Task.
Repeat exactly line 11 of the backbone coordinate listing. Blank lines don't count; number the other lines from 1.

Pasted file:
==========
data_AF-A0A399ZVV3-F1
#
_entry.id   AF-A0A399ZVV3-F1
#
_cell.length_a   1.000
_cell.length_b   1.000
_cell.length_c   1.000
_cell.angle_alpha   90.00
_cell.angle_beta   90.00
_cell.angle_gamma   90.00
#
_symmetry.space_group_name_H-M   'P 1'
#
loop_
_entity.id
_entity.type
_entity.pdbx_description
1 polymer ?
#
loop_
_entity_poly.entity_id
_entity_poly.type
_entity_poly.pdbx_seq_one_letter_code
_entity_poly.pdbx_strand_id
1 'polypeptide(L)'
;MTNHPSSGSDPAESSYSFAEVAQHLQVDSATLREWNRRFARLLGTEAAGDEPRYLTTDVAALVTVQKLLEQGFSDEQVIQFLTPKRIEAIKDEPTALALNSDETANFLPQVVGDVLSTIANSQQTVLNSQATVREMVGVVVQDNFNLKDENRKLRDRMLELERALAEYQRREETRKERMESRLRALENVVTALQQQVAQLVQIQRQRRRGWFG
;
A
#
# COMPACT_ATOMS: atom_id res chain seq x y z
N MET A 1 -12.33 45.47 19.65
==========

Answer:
#